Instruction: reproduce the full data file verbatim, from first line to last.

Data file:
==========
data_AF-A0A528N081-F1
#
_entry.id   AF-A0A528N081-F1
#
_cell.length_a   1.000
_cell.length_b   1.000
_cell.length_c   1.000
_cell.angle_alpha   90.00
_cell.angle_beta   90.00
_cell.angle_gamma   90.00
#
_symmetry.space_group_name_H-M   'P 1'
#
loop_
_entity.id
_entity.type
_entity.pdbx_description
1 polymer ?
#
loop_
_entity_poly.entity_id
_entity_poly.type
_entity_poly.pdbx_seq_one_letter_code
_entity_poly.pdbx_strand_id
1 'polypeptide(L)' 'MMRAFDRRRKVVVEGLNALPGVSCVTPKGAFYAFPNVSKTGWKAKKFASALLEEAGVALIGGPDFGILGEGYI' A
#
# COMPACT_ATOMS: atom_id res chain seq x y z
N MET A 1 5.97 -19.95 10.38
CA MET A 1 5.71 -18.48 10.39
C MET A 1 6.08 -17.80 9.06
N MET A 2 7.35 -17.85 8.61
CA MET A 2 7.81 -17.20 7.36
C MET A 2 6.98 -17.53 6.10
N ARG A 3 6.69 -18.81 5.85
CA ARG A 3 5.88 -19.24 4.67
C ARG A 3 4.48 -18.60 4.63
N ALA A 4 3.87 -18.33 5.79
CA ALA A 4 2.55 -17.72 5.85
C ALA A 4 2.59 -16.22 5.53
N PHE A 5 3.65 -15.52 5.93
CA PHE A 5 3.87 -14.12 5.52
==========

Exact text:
data_AF-A0A528N081-F1
#
_entry.id   AF-A0A528N081-F1
#
_cell.length_a   1.000
_cell.length_b   1.000
_cell.length_c   1.000
_cell.angle_alpha   90.00
_cell.angle_beta   90.00
_cell.angle_gamma   90.00
#
_symmetry.space_group_name_H-M   'P 1'
#
loop_
_entity.id
_entity.type
_entity.pdbx_description
1 polymer ?
#
loop_
_entity_poly.entity_id
_entity_poly.type
_entity_poly.pdbx_seq_one_letter_code
_entity_poly.pdbx_strand_id
1 'polypeptide(L)' 'MMRAFDRRRKVVVEGLNALPGVSCVTPKGAFYAFPNVSKTGWKAKKFASALLEEAGVALIGGPDFGILGEGYI' A
#
# COMPACT_ATOMS: atom_id res chain seq x y z
N MET A 1 5.97 -19.95 10.38
CA MET A 1 5.71 -18.48 10.39
C MET A 1 6.08 -17.80 9.06
N MET A 2 7.35 -17.85 8.61
CA MET A 2 7.81 -17.20 7.36
C MET A 2 6.98 -17.53 6.10
N ARG A 3 6.69 -18.81 5.85
CA ARG A 3 5.88 -19.24 4.67
C ARG A 3 4.48 -18.60 4.63
N ALA A 4 3.87 -18.33 5.79
CA ALA A 4 2.55 -17.72 5.85
C ALA A 4 2.59 -16.22 5.53
N PHE A 5 3.65 -15.52 5.93
CA PHE A 5 3.87 -14.12 5.52